HermannM

Desperate Housewives

In Business, Interesting, Marketing, New York, Sports on September 14, 2009 at 1:32 pm

"I feel like shoving this ball down your fuckin' throat!"

Serena Williams using a tennis prop to express herself

Amidst a lot of hullabaloo, Kim Cleijsters won the US Open; why hasn’t anyone congratulated her? The weekend headline should have been about the triumph of a first time mother who returns to the workforce and regains championship form. Her achievement should be a celebration for all women who struggle to balance family and career. Procter & Gamble, Kraft Foods and CafeMom should be lining up to sign her to an endorsement deal. But that is not likely to happen. Instead, we are left to read about a superstar athlete who lost her cool after finding herself on the wrong side of an unjust penalty.  The following is my post-mortem on an unfortunate incident that ended terribly wrong. Or did it?

Was Serena wronged?

Yes, in fact the line judge who so ineptly called a foot foul should have been issued a lifetime ban from the USTA.  She is not fit to judge a dog contest much less a world class tennis match. Good riddance.

Was Serena right to argue the call?

Yes. At her level, she has the right to expect decency from the officiating crew. She is not a novice to the game. Bad calls impact performance which in turn impact endorsement negotiations. As the highest grossing female athlete in history, she has the right to protect her earning potential from the squintingly lack of attention afforded the line judge.

Should Serena have used profanity in lodging her complaint?

It’s debatable. John McEnroe was extremely effective in using profanity to call attention to judicial indiscretions that might otherwise have been swept under the rug. His antics have also set the tone for an illustrious career after tennis. On the other hand, her choice of words were vulgar and unbecoming;  I would have preferred for Serena to responded differently when playing the sport of kings in the county of Queens.

Was the USTA right to fine her?

Absolutely! In fact, the $10,500 fine may not have been enough.

Should we still be talking about it?

Again it’s debatable. Serena Williams is extremely popular among young girls and her actions matter. It is interesting that on the same weekend that Serena stood up for judicial fairness, Peggy Olson’s character on “Mad Men” walked into Don Draper’s office to demand equal pay. By design or circumstance, we may be witnessing next wave of the women’s movement as confident women exercise their deserved authority.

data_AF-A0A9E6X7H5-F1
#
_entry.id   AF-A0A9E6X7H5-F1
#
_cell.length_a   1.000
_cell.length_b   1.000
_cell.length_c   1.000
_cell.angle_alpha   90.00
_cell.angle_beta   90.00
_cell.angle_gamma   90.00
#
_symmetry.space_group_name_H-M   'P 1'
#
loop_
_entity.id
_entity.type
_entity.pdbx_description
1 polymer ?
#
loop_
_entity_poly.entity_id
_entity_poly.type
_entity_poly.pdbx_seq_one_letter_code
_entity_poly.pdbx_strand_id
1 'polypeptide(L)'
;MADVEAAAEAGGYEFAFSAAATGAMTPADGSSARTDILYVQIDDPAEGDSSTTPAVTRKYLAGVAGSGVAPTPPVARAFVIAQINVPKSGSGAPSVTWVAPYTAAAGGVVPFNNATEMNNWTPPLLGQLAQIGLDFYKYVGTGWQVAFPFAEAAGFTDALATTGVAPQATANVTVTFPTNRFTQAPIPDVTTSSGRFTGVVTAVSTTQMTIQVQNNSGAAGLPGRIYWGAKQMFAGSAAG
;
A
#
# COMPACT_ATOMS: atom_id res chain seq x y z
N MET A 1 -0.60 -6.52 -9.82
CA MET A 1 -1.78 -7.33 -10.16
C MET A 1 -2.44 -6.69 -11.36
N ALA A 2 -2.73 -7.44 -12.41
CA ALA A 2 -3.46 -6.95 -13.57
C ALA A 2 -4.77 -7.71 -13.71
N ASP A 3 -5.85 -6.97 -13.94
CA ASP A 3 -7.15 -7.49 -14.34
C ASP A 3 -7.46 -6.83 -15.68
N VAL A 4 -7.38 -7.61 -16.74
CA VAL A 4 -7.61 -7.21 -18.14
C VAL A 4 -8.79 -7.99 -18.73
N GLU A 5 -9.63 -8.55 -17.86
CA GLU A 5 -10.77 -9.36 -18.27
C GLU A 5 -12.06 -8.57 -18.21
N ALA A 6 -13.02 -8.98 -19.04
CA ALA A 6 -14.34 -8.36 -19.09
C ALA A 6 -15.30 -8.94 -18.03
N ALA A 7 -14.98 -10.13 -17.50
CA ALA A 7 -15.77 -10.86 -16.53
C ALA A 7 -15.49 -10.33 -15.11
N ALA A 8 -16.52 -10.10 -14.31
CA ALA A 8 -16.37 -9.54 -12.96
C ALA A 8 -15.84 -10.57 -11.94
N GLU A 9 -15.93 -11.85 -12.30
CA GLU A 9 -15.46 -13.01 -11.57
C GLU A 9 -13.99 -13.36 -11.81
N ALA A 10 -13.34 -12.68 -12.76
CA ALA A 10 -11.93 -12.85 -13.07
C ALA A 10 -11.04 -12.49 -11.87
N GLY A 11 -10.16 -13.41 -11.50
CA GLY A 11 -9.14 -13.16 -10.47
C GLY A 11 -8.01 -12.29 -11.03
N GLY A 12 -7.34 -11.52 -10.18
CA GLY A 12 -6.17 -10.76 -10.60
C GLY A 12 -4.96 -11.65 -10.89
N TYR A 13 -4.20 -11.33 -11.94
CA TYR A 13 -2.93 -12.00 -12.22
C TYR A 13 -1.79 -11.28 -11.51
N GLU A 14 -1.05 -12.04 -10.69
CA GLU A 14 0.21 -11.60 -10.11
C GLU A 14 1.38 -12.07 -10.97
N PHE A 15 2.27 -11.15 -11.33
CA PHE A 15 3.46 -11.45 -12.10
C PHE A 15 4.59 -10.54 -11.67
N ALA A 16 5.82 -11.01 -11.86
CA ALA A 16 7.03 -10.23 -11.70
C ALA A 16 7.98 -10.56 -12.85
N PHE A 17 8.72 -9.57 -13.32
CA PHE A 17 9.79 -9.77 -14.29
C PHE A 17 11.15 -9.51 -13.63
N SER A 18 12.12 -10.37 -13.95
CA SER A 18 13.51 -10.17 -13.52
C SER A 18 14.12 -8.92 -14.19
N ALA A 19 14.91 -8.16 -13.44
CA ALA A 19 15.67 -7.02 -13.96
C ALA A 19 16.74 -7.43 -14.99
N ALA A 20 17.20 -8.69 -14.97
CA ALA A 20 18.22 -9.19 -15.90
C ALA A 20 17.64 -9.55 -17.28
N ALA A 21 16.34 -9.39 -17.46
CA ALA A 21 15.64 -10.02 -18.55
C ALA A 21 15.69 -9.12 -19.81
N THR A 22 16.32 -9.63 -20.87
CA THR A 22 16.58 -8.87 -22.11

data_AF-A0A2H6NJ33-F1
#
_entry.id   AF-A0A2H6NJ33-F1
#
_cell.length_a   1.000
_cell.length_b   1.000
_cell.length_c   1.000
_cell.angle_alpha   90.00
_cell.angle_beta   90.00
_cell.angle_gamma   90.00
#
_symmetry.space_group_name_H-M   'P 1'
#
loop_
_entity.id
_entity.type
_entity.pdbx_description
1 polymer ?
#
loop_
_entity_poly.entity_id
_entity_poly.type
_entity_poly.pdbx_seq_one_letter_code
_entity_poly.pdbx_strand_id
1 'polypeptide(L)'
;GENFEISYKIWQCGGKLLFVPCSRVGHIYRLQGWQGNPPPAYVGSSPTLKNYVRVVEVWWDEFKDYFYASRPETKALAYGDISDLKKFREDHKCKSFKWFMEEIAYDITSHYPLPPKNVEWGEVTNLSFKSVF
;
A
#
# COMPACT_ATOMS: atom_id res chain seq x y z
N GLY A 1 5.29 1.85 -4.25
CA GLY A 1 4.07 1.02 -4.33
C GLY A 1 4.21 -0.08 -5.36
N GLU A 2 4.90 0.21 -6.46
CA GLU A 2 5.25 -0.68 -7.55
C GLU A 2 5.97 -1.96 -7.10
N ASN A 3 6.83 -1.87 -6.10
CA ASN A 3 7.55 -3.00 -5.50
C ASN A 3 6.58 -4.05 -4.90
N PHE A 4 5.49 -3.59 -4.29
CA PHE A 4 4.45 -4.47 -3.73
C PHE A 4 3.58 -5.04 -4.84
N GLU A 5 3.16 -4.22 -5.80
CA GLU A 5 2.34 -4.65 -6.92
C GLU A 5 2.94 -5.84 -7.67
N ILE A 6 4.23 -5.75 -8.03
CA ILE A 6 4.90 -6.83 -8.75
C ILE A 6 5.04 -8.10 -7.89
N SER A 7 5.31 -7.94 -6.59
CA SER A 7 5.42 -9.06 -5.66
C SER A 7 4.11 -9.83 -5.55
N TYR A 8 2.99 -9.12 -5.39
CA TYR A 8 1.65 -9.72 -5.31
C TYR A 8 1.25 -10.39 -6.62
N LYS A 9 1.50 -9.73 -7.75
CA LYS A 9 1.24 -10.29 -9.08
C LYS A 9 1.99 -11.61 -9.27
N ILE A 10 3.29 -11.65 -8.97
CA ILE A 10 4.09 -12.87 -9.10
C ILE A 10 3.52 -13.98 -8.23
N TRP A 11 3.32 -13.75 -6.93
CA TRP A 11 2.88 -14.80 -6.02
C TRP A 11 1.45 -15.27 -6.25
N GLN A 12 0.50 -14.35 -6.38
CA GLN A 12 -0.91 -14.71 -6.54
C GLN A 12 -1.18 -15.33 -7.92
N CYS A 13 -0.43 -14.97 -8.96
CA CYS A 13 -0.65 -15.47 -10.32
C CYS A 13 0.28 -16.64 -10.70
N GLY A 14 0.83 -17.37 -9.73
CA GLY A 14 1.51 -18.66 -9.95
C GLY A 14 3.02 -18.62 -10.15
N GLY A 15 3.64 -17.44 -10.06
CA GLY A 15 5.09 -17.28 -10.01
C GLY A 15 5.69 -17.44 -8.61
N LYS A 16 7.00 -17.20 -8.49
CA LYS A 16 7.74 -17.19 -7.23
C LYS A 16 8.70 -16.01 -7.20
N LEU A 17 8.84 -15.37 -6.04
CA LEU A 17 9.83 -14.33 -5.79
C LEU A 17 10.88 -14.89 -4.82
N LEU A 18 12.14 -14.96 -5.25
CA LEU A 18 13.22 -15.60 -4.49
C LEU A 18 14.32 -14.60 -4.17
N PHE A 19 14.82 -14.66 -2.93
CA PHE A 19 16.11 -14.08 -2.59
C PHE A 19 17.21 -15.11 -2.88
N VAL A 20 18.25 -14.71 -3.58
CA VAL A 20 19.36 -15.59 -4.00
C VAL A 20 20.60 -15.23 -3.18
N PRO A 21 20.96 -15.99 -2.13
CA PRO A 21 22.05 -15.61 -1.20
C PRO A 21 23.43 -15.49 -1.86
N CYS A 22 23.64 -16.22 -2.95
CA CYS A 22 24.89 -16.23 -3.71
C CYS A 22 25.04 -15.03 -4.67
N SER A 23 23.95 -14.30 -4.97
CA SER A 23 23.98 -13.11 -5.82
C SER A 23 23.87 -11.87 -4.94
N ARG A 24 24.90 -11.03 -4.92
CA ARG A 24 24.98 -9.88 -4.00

In New York alone, the oft maligned candidate for the office of Manhattan District Attorney, Leslie Crocker Snyder (left, with husband Fred), is on the eve of taking the top job in law enforcement. Running in the same Democratic primary, Melinda (“I told him to stick it”) Katz (below) may very well win the nomination to become the city’s next chief financial officer. However attractive we may find them, their looks do not define them. Both women have abandoned a Betty Boop approach in favor of a confident presence, fact-based analysis and decisive actions to define their careers. In a country that failed to pass the Equal Rights Amendment, women are taking matters into their own hands with neither apology nor reservation. Could Serena’s assertiveness be viewed in a similar light?

There has been talk of further sanctions against Serena and if that occurs, it will only reflect a failure of our compassion for someone who made a mistake. In all, many mistakes were made. But the only real loser was the quiet woman who showed up, did her job and won the match. For this, Kim, we should all be sincerely sorry.

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  1. […] https://professorherm.wordpress.com/2009/09/14/desperate-housewives/Desperate Housewives. In Interesting on September 14, 2009 at 1:32 pm. “I feel like shoving this ball down your fuckin’ throat!” Serena Williams using a tennis prop to express herself. Amidst a lot of hullabaloo, Kim Cleijsters won the … […]

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